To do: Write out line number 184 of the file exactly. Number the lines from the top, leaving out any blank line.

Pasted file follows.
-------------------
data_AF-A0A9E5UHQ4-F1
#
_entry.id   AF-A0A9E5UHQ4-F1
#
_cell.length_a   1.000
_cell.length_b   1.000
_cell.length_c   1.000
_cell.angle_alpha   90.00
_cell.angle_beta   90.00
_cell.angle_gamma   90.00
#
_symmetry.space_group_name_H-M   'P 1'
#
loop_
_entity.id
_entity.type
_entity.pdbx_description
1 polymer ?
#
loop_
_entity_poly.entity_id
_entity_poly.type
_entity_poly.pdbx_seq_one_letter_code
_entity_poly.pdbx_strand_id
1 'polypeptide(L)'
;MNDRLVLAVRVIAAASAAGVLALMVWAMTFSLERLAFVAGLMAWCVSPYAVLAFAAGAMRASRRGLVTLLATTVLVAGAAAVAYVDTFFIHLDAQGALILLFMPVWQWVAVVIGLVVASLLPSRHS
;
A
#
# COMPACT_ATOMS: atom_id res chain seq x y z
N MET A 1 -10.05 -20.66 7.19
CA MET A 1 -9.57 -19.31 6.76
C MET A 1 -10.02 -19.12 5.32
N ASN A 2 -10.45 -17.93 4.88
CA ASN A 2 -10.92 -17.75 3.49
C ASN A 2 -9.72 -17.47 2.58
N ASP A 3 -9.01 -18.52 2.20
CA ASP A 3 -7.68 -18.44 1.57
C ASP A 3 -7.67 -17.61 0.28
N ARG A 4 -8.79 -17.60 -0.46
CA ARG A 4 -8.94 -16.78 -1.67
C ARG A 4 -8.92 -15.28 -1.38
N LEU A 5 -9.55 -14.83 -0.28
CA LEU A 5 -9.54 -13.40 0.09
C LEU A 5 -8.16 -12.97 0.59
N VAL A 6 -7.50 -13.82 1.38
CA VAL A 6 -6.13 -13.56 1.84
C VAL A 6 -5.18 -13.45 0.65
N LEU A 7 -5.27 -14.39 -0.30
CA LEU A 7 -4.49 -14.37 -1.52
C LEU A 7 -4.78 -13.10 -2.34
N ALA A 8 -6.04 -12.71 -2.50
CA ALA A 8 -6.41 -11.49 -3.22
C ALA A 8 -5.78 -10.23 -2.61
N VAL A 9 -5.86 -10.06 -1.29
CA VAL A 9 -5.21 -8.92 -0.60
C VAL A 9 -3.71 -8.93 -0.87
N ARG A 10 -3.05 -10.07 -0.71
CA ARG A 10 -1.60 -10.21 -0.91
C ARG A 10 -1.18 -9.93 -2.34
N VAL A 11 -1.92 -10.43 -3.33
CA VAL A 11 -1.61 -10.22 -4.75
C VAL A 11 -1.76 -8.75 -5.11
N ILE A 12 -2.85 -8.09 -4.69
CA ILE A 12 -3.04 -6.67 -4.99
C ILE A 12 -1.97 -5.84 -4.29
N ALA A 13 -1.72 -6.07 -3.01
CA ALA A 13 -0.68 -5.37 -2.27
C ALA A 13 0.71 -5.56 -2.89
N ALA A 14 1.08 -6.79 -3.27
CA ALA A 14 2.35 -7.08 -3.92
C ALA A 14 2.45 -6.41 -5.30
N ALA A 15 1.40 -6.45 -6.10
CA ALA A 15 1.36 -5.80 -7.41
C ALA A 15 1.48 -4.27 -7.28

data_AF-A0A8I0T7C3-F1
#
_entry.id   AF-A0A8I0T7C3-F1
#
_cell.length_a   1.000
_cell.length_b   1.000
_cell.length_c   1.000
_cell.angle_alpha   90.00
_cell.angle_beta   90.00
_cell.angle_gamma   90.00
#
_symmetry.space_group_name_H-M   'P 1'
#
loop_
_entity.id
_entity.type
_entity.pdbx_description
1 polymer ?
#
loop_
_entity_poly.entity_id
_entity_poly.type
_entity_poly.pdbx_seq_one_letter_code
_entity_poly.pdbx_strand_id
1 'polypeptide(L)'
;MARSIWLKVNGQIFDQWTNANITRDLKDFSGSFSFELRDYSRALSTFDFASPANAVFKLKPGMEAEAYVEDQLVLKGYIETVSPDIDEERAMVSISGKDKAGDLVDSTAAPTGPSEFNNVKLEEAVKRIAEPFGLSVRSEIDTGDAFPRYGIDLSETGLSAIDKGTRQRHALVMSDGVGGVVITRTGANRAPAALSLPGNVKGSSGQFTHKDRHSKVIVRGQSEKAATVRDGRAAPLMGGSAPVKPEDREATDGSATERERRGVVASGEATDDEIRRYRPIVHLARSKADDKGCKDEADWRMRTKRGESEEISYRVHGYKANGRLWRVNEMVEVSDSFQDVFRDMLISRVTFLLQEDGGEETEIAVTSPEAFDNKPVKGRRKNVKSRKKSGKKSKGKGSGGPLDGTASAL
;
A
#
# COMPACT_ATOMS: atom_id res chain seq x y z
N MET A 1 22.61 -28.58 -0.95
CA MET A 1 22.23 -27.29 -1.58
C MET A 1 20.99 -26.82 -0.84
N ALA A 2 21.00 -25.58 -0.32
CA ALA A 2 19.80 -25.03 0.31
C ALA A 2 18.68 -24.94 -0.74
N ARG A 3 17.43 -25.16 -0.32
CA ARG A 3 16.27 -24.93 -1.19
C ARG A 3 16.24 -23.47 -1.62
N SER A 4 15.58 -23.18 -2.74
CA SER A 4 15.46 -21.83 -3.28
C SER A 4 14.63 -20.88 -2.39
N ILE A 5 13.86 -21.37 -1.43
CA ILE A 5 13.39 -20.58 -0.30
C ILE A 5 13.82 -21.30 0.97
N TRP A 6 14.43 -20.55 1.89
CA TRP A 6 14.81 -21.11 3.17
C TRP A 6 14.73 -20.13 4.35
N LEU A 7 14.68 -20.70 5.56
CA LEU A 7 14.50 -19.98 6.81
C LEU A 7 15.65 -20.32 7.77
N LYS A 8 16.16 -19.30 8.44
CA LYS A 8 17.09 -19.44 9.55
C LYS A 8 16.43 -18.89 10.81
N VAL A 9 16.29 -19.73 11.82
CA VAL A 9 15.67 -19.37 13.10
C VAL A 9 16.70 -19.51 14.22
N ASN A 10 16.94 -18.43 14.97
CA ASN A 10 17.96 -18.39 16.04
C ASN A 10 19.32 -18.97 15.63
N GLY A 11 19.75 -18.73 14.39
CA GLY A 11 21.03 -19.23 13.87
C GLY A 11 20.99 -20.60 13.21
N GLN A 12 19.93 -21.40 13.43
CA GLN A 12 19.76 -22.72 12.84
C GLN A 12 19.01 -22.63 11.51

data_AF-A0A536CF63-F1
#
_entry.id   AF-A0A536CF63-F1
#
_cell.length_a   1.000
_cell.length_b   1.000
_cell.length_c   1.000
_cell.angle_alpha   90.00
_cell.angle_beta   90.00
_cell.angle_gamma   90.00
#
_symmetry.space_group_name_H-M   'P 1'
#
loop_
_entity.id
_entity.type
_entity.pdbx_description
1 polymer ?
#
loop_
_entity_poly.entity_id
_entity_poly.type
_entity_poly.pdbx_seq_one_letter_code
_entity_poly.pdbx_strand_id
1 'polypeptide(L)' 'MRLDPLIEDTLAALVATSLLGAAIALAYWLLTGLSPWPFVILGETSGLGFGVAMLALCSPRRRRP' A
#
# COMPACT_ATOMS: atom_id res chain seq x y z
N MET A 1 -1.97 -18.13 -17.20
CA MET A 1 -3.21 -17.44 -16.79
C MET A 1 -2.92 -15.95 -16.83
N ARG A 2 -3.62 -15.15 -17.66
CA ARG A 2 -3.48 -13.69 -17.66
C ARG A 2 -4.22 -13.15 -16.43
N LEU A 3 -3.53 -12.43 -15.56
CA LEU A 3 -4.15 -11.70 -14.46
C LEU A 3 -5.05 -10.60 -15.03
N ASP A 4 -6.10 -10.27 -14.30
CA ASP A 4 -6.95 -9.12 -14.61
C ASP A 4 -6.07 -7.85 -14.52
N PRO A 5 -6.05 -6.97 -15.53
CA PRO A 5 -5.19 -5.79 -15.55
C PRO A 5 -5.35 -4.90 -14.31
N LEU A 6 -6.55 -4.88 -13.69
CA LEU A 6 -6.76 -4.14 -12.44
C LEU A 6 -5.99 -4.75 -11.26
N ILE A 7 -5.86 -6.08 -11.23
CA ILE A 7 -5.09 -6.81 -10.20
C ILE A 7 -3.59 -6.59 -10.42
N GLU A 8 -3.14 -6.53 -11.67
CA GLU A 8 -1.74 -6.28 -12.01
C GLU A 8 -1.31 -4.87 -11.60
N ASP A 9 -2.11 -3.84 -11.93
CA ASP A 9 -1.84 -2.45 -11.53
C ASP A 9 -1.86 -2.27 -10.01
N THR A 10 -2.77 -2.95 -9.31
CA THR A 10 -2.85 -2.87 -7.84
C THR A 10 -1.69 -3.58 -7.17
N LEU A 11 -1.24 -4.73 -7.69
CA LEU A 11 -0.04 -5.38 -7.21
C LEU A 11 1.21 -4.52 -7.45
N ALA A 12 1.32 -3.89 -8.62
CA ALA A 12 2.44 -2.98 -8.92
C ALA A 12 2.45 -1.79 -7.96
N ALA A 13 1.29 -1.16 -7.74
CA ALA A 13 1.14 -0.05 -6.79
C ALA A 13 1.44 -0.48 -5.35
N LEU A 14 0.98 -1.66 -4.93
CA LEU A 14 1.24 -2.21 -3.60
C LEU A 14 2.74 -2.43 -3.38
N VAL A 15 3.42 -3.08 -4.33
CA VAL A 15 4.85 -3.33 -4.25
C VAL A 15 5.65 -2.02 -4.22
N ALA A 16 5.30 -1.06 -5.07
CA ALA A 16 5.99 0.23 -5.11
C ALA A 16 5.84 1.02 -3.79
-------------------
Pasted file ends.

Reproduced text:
N LEU A 6 -6.55 -4.88 -13.69